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Debates Forum

  1. Standard member adam warlock
    Baby Gauss
    29 Apr '10 12:05
    After the brutal past that the population of Haiti had to endure, the latest catastrophe being the earthquake, they are trying really hard to reconstruct their civil society and achieving a dignified standard of living.

    Worker are trying to fight for their rights, and organizing (just like the haitian people did in the time of Jean-Bertrand Aristide first election) but they are being viciously prevented of doing so.

    One of the many hands that is putting a stop on their freedom of assembly is US military.
    This got me all confused: I mean, the talks I've heard coming from the caring world is that after the earthquake the welfare of the Haitian people would be the top priority, but this seems to be a very direct contradiction to those statements.

    Can someone enlighten me on this, please?
    http://therealnews.com/t2/index.php?option=com_content&task=view&id=31&Itemid=74&jumival=5048&updaterx=2010-04-28+23%3A42%3A09
  2. Subscriber AThousandYoung
    Poor Filipov :,(
    29 Apr '10 15:26
    It seems to me that the Marines are enforcing the law to keep order. It's a law in Haiti that business owners don't have to work with unions.

    What is your recommendation? No policing?
  3. Standard member adam warlock
    Baby Gauss
    29 Apr '10 15:29
    Originally posted by AThousandYoung
    It seems to me that the Marines are enforcing the law to keep order. It's a law in Haiti that business owners don't have to work with unions.

    What is your recommendation? No policing?
    Do you know how that law came to be?

    My recommendations are that outside forces shouldn't meddle in other countries unless those countries request it.
  4. Subscriber AThousandYoung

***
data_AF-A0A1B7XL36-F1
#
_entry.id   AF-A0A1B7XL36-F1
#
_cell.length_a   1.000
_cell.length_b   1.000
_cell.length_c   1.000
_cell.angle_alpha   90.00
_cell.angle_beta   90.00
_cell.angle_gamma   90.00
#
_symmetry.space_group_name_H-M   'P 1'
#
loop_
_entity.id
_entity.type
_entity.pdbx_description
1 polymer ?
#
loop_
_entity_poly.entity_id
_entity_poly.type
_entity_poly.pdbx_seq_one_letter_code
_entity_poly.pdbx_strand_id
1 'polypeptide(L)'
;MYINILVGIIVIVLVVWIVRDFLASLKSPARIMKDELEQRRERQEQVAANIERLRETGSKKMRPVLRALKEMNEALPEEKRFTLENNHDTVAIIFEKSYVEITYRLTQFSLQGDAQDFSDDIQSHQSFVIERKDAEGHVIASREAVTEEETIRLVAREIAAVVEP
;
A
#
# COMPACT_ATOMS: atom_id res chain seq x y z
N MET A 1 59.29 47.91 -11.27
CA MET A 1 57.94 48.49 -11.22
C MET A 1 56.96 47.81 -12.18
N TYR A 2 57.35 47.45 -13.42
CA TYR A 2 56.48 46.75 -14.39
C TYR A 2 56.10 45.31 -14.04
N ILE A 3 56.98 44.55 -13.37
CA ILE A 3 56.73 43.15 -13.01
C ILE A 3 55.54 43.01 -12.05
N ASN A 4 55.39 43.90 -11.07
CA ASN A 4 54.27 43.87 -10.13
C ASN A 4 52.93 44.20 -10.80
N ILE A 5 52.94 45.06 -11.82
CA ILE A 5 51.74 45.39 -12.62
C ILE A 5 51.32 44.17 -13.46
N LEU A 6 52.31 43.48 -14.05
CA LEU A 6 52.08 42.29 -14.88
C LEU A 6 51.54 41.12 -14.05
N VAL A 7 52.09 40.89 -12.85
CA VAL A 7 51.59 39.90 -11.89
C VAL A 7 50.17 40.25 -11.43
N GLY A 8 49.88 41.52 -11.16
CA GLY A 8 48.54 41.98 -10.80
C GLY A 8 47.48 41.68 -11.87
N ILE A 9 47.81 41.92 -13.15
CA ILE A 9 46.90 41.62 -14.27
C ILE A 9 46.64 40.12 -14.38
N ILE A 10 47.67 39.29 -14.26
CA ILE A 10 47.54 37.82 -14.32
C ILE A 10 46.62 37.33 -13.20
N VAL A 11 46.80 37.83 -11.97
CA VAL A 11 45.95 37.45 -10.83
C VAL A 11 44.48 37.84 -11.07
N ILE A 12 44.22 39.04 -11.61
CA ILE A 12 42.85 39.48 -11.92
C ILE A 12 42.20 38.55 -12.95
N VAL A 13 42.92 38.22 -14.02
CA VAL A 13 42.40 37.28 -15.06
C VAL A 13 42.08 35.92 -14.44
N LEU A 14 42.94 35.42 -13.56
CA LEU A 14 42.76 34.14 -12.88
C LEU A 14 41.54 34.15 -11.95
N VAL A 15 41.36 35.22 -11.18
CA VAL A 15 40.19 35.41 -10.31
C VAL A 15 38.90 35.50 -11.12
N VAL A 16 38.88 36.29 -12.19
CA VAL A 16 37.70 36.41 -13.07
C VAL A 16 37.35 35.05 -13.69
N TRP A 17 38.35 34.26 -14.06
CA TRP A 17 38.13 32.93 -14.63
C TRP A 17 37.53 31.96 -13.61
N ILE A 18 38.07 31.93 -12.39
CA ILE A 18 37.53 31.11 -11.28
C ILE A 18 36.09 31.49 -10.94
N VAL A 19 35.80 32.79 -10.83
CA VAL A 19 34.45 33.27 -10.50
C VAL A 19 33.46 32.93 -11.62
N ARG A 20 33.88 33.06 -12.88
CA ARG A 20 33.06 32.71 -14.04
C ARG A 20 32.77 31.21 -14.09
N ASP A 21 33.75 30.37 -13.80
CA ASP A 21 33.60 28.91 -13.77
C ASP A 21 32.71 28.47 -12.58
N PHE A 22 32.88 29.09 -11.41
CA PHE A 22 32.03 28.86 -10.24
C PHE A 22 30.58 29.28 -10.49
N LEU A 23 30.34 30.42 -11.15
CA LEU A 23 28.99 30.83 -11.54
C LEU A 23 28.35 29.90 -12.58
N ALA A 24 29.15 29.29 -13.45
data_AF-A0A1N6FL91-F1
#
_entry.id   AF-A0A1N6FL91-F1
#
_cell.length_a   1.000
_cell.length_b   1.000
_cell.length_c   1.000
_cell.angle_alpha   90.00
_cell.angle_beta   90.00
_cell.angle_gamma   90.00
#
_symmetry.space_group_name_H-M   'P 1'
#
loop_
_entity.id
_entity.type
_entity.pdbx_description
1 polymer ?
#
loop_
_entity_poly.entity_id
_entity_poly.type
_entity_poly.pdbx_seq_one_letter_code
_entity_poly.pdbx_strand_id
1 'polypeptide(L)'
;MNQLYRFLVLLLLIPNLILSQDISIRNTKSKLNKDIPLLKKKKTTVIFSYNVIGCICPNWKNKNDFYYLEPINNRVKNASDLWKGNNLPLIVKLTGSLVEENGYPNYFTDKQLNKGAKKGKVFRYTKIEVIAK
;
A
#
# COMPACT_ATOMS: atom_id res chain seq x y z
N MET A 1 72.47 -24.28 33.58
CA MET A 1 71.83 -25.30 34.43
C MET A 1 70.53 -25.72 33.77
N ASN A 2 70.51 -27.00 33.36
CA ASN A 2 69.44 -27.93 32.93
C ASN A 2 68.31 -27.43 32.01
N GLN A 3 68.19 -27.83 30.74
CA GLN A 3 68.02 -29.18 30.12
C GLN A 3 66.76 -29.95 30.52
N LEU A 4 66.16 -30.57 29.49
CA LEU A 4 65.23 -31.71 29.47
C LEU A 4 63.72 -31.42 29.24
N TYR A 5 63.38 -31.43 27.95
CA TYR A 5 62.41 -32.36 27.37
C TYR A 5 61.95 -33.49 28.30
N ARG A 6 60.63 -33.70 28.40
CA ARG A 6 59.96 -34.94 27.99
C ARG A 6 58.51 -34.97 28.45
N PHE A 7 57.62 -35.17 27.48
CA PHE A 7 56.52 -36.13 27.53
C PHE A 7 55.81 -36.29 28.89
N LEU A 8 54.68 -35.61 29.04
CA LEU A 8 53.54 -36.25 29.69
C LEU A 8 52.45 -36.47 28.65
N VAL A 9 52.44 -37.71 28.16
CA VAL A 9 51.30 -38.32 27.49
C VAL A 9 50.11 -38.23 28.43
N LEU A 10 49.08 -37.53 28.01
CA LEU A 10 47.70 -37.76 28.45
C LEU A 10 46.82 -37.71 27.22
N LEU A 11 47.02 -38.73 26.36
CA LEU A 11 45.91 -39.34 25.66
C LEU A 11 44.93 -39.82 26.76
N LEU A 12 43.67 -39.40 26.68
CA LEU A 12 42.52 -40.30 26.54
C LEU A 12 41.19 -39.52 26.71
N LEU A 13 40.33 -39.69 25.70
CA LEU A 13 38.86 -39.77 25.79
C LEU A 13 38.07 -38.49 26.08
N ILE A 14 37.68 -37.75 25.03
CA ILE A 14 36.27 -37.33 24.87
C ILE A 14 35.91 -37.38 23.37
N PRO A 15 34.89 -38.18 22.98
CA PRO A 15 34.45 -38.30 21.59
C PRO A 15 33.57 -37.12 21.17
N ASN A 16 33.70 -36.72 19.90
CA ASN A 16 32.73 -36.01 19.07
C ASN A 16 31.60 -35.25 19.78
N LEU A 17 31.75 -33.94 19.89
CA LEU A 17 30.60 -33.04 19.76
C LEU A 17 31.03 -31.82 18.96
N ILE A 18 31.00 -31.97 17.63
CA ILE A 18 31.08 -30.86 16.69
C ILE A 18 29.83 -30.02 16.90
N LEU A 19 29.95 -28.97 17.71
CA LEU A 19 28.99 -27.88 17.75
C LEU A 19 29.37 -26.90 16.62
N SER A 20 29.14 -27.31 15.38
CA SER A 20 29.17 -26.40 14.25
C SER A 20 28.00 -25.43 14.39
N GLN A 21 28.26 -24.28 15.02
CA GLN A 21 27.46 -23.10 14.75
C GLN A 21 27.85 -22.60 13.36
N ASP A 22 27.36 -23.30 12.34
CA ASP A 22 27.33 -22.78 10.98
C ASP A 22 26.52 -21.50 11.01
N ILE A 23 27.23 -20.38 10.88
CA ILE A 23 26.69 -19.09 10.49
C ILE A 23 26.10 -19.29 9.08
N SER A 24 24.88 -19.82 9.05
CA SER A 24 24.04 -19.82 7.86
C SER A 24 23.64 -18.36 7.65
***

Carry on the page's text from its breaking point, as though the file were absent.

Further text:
Poor Filipov :,(
    29 Apr '10 16:11
    Originally posted by adam warlock
    Do you know how that law came to be?

    My recommendations are that outside forces shouldn't meddle in other countries unless those countries request it.
    Did Haiti invite anyone to help after the earthquake?
  5. Subscriber AThousandYoung
    Poor Filipov :,(
    29 Apr '10 16:13
    Haiti did ask for aid from the US.

    Appeals for humanitarian aid were issued by many aid organisations, the United Nations[104] and president René Préval. Raymond Joseph, Haiti's ambassador to the United States,[105] and his nephew, singer Wyclef Jean,[106] who was called upon by Préval to become a "roving ambassador" for Haiti,[107] also pleaded for aid and donations.

    http://en.wikipedia.org/wiki/2010_Haiti_earthquake#Early_response
  6. Standard member adam warlock
    Baby Gauss
    29 Apr '10 16:15
    Originally posted by AThousandYoung
    Haiti did ask for aid from the US.

    Appeals for humanitarian aid were issued by many aid organisations, the United Nations[104] and president René Préval. Raymond Joseph, Haiti's ambassador to the United States,[105] and his nephew, singer Wyclef Jean,[106] who was called upon by Préval to become a "roving ambassador" for Haiti,[107] also pleaded ...[text shortened]... r aid and donations.

    http://en.wikipedia.org/wiki/2010_Haiti_earthquake#Early_response
    Thanks for the news! Can you find a link where it is shown that Haitians asked for being forced out of self-determination? You can't.

    Haiti asked for humanitarian help and this incident with unions is the opposite of humanitarian help.
    Do you know how that law came to be?
  7. Subscriber AThousandYoung
    Poor Filipov :,(
    29 Apr '10 16:18 / 2 edits
    Originally posted by adam warlock
    Thanks for the news! Can you find a link where it is shown that Haitians asked for being forced out of self-determination? You can't.

    Haiti asked for humanitarian help and this incident with unions is the opposite of humanitarian help.
    Do you know how that law came to be?
    You're like the boy who cried wolf.
  8. Standard member adam warlock
    Baby Gauss
    29 Apr '10 16:19
    Originally posted by AThousandYoung
    You're like the boy who cried wolf.
    I guess that knowing what I'm talking about makes the boy who cried wolf, then.
  9. Subscriber AThousandYoung
    Poor Filipov :,(
    29 Apr '10 16:20
    "Self determination" in this sense was already illegal before the earthquake.
  10. Standard member adam warlock
    Baby Gauss